The PDN pretreatment response was confirmed to have a significant impact on CCR. At 8 years, 36% (95% CI, 30%-42%) of PDN responders had CCR versus 24% (95% CI, 16%-32%) of those considered nonresponders (P = .0004; Figure6).

Fig. 6.

CCR by response to PDN pretreatment.

PDN pretreatment response predicted longer CR duration.

B-lineage ALL appeared to have a significantly longer CCR compared to T-lineage ALL. At 8 years, 34% (95% CI, 28%-40%) of B-lineage ALL cases showed CCR compared to 27% (95% CI, 17%-37%) of the T-ALL cases (P = .0059).

Initial WBC count also appeared to have a significant influence on CCR probability at 8 years: 36%, 22%, and 21% for patients with no more than 50, more than 50 or less than 100, and more than 100 × 109/L, respectively (P = .0001).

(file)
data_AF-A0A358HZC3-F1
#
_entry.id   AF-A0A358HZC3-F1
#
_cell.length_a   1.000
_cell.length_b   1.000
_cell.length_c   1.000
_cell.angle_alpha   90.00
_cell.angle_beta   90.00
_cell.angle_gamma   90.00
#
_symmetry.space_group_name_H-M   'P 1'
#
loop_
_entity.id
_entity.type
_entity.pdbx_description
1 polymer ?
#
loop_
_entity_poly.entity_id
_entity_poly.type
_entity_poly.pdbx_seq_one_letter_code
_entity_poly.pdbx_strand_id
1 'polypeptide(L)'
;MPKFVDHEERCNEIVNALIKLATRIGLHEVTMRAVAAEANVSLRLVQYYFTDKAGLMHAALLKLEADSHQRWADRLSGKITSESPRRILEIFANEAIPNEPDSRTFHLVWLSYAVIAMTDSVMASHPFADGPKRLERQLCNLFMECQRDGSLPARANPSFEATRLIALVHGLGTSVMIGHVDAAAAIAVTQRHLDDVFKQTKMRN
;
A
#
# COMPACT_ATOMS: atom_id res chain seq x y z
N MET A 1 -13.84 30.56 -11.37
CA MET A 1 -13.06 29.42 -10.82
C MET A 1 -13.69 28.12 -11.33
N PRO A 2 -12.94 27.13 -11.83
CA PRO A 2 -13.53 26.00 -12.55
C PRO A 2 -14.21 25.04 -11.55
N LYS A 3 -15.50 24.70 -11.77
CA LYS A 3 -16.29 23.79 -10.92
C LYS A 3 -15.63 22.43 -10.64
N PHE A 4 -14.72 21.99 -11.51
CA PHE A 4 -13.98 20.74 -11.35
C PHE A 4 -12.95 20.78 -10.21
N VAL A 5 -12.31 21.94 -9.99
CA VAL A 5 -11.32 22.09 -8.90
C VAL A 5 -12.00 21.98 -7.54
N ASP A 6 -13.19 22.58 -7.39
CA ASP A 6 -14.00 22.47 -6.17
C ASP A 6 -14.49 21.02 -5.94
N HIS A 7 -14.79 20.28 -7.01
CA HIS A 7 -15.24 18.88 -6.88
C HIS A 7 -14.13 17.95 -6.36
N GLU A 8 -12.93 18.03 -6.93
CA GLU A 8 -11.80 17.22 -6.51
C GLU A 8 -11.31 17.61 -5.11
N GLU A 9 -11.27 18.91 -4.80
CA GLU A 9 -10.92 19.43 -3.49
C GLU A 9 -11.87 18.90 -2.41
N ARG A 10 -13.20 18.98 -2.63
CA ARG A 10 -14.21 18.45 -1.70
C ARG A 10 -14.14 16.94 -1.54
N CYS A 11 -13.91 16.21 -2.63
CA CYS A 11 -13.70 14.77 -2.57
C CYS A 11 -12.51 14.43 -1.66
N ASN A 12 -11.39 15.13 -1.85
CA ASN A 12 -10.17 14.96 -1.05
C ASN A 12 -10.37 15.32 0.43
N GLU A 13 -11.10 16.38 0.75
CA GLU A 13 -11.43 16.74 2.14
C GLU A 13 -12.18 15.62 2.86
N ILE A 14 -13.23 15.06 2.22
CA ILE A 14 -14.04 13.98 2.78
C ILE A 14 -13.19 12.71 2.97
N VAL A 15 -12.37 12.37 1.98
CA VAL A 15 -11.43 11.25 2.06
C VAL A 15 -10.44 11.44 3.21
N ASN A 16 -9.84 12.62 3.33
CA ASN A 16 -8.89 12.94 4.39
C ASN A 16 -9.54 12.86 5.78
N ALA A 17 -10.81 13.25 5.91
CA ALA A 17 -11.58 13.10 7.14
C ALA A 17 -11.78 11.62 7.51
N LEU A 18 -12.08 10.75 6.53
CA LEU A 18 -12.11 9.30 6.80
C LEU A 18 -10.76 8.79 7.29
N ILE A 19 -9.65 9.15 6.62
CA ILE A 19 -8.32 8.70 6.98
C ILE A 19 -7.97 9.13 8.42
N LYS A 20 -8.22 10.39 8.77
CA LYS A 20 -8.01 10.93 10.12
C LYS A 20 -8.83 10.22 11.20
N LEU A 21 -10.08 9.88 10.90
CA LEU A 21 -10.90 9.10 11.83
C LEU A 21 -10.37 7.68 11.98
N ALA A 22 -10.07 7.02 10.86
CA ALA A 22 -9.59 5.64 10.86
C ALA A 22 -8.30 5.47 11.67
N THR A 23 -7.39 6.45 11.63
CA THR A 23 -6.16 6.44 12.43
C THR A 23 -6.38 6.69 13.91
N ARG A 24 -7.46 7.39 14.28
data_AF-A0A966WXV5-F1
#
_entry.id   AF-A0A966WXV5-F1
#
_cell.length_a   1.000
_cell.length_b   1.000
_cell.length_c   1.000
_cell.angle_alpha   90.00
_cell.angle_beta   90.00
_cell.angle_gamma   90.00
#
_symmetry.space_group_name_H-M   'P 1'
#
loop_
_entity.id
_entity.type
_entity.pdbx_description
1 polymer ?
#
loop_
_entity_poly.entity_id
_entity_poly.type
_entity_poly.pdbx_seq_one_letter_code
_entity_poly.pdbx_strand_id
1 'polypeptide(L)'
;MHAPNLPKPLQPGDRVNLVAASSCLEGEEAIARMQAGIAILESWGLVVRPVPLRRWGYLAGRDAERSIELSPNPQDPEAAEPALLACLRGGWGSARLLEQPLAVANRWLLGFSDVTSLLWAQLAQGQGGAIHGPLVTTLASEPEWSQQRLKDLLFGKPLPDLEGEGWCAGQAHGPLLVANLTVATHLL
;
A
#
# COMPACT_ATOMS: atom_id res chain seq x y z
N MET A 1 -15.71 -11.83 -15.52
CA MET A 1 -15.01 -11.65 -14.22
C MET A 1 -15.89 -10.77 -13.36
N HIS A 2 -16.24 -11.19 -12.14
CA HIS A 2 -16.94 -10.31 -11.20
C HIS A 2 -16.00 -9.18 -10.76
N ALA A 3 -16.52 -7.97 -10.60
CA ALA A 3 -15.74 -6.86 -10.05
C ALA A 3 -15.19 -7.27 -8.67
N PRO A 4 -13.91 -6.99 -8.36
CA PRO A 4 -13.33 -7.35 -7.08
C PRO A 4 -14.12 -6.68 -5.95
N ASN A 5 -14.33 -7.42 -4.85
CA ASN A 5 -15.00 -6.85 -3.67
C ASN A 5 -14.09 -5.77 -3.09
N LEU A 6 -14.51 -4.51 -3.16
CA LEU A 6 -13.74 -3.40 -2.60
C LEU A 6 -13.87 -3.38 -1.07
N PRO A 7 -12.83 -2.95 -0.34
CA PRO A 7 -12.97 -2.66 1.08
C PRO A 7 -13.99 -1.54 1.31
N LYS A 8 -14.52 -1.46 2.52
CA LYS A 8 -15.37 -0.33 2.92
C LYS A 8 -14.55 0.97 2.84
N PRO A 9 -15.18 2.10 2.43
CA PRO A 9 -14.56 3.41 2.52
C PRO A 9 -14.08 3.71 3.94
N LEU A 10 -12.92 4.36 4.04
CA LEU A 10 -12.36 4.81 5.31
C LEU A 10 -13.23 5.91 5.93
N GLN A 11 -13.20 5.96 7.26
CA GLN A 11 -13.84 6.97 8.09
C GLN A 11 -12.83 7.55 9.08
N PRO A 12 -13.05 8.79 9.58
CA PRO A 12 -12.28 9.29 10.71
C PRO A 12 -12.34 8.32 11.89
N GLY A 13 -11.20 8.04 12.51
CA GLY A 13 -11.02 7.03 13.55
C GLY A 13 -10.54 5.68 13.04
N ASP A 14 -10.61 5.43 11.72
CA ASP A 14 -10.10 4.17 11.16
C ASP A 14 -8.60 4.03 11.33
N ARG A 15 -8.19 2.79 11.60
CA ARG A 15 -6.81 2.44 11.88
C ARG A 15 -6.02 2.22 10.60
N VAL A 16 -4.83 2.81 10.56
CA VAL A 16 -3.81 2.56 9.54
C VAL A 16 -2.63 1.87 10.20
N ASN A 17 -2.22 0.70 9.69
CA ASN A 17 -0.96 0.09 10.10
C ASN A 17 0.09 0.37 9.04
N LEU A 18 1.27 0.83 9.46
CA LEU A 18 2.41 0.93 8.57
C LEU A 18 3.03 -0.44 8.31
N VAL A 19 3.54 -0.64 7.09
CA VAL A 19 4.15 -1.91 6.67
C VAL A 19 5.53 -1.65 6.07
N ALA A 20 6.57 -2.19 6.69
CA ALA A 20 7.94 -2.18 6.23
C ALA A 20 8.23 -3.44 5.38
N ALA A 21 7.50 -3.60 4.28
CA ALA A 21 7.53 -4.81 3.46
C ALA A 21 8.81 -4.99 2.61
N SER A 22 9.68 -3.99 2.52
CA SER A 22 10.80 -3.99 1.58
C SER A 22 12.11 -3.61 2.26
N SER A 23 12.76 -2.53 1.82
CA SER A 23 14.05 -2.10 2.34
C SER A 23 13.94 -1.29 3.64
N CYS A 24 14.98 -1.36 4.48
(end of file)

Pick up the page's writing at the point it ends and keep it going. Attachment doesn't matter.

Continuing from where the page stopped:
Median DFS was 2 years; at 9 years, 29% (95% CI, 24%-33%) of patients are disease-free survivors. The intensification of induction by the addition of Cy did not influence DFS probability and length. At 8 years, 31% of patients are disease-free survivors in arm A and 28% in arm B; median DFS in the 2 groups was 2.3 and 1.9 years, respectively (P = .8055).

Failure to achieve CR after the first induction course strongly influenced DFS. In the group of 33 patients who achieved CR after salvage therapy, median DFS was 7 months; at 3 years, only 12% of these were disease-free survivors.

More intensified post-CR treatment (C+M) did not prove to influence DFS. At 8 years, 34% of patients are disease-free survivors in the C+M group and 35% in the M group; median DFS was 2.4 and 2.9 years, respectively (P = .3811).